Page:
Walden B1

By Dave Burrluck
Guitarist magazine, UK
February 2013

More on the B1 and the B1E.

A baritone acoustic with boutique looks but an affordable price. Time to take a punt?

If baritone electrics are few and far between, acoustic baritones – at least those that are affordable – are a rare breed. Indelibly associated with country music and 60s surf, the electric baritone, like the seven and eight-string guitar, may have been appropriated by the metal down-tuning brigade, but in its acoustic format it offers the steel-string player another voice in the same way a nylon-string does, perhaps.

Walden's B1 acoustic baritone is impressive. Despite its longer 659.5mm (26.75-inch) scale length, it employs Walden's grand auditorium body size, which feels businesslike rather than over-big. It's all-satin-finished, and the solid spruce top is very clean, with simple rosewood binding and decoration, aside from the soundhole, which is placed on the upper shoulder and rimmed with an abalone-detailed rosette. Directly below it on the laminated rosewood side, right by the heel, is another open soundhole – the theory being that the player can hear more of the guitar, instead of the sound being pushed out of a conventionally placed soundhole. OF course, these dual soundholes invite easy internal inspection of the X-braced top, back bracing and kerfed linings, and it all looks very clean. Overall, it's a tidy guitar; only the very thin back-and-sides finish might indicate its origin and price, since insufficient grain filler has left noticeable open pores in places. Conversely, if you like an organic-feeling thin finish, you have it here.

Vintage Guitar magazine
A simple rosewood pin bridge secures the heavy
0.016 to 0.070-gauge strings

Obviously, the extended neck feels long in the hand, but the 46mm (1.81 inch) nut width and spacious bridge spacing means it's immediately comfortable for fingerstyle or hybrid 'pick and fingers' style, which really helps to voice the low strings. It's supplied with D'Addario EXP23 Coated Phosphor Bronze 0.016 to 0.070-inch gauge strings and tuned a 45h below standard, from low to high: B E A D F# B. The neck itself is mahogany, with an adjustable truss rod and graphite reinforcement, but the deep-ish, shallow-shouldered C section is extremely comfortable. The guitar's dark-chocolate rosewood fingerboard is very clean, with nicely installed frets and side dot markers. This clean modern presentation continues to the simple pin bridge, the plain rosewood-faced head with its unobtrusive Walden logo, and posh-looking gold-plated tuners with faux ebony rubbery-feeling buttons. It's also good to see an additional strap button, Taylor-style, on the treble side of the heel, though oddly, it's chrome plated. Still, this amounts to a minor blip on an otherwise near-faultless instrument.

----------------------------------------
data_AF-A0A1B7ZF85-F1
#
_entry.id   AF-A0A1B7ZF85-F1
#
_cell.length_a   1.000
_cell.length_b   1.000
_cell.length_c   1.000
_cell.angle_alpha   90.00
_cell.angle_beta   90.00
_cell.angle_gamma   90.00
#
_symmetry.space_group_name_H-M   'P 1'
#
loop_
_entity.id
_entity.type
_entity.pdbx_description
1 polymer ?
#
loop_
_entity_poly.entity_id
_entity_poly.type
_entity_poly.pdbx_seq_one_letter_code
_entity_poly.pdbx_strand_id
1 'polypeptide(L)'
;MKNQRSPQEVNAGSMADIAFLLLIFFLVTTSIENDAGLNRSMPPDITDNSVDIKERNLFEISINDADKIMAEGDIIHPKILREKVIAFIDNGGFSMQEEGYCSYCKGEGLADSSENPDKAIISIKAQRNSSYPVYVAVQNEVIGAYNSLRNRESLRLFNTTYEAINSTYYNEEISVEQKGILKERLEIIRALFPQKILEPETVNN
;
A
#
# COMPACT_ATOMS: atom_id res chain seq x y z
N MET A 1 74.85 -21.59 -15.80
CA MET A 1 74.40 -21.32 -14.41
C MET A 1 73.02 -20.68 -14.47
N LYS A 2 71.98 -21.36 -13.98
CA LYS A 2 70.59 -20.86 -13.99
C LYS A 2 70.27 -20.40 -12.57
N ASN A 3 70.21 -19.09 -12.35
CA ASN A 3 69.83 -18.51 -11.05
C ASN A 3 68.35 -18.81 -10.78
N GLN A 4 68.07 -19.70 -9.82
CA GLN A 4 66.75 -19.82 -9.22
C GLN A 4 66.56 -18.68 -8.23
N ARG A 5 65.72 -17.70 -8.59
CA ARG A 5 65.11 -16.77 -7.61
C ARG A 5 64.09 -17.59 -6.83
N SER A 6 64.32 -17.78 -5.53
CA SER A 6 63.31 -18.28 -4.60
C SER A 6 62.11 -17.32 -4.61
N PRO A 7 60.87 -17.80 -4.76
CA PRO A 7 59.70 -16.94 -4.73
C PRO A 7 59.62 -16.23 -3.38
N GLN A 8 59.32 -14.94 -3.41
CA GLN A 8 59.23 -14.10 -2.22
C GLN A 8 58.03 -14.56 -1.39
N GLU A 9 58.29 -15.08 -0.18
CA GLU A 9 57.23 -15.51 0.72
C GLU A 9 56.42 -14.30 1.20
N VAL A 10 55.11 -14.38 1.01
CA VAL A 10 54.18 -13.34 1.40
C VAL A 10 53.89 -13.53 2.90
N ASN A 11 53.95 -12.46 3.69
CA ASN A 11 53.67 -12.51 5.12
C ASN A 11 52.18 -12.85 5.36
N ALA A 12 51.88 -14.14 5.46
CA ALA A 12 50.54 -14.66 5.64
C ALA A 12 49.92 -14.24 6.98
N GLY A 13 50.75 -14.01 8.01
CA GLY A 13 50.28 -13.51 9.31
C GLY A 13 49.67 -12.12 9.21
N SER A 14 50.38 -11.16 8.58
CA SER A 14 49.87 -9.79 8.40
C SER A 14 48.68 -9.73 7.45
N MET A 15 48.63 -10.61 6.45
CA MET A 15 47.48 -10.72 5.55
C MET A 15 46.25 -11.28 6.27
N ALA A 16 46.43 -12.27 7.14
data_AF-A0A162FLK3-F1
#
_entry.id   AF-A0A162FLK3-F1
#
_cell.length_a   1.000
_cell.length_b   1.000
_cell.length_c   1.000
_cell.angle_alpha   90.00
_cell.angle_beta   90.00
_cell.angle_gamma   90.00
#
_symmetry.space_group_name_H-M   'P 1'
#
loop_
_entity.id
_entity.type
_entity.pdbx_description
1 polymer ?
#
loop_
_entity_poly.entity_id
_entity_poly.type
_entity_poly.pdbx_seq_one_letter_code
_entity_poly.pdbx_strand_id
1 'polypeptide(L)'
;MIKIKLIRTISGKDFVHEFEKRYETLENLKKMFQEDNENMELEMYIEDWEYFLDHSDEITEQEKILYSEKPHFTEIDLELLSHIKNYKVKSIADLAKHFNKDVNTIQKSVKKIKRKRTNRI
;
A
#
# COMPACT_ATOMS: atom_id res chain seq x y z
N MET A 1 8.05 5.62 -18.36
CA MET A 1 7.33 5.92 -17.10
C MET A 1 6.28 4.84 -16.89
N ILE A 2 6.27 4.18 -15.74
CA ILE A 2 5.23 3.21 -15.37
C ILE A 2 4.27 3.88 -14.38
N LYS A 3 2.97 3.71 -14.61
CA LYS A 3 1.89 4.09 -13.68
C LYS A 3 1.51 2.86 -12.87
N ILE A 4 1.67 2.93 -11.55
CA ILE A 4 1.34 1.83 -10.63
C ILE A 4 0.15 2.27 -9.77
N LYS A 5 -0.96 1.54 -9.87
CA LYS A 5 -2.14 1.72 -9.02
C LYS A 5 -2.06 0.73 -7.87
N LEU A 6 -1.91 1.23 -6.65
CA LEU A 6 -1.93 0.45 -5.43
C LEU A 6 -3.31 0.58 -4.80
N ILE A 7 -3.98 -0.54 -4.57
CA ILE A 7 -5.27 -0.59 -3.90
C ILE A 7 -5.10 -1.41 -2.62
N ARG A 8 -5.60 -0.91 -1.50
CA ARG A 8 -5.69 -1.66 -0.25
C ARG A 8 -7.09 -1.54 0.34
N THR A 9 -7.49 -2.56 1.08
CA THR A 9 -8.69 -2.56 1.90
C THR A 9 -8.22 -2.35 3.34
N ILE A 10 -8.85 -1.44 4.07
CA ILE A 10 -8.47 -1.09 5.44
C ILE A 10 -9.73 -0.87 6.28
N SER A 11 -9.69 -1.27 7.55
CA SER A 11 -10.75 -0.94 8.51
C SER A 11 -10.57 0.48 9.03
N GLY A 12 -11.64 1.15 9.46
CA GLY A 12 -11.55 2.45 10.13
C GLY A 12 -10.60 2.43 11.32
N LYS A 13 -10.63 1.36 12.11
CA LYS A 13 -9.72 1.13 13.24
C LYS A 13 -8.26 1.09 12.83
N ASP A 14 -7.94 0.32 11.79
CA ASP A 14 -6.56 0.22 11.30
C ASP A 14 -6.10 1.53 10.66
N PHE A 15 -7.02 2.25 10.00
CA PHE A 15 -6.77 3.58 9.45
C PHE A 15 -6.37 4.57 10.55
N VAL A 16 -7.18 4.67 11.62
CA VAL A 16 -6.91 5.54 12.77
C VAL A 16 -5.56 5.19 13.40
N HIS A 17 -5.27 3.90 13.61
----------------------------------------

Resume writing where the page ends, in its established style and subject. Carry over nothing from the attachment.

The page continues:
This acoustic B1 (an electro is offered, the B1E), is one of the most evocative-sounding instruments we've had on test for a while. The low B and E sound like an acoustic bass, while the mid and high strings are beautifully full-bodied, obviously lower pitched, and rich sounding. It's not hugely loud acoustically, but importantly, it's very well balanced. In fact, the bass is a little understated, and needs to be hit hard-ish – as we said, a hybrid 'pick and fingers' approach works very well here. That said, it's room-filling and records really nicely, either strummed or picked.

Vintage Guitar magazine
The second soundhole on the bass side helps the player
hear more of the guitar

What you do with a baritone, however, is really up to you. Players such as Pat Metheny use a quite radical tuning, and you certainly don't have to stick to B to B. Simply raising the second string from F# to G gives you the bottom six strings of a seven0string - handy if you need to cover basslines. Move into DADGAD intervals (AEADEA), and it sounds positively orchestral. Back in standard tuning, if you capo at the 5th fret, you're in normal E to E pitch, so if a song is too high, slip the capo down to the third fret and you're in D to D - our G7th Newport capo worked perfectly. Again, because of those low stings, partial capos really come into their own, too.


Beautifully made, affordable, and with a hugely evocative and balanced sound this B1 is a no-brainer for the acoustic player wanting to experiment in lower-pitched voicings and tunings. Superb.

The Bottom Line:
We like:
Build; sound; playability
We dislike: Nothing... but not all with like the radical soundhole placement – get a life!
Guitarist says: One of these should be in the collection of any creative performing or recording acoustic player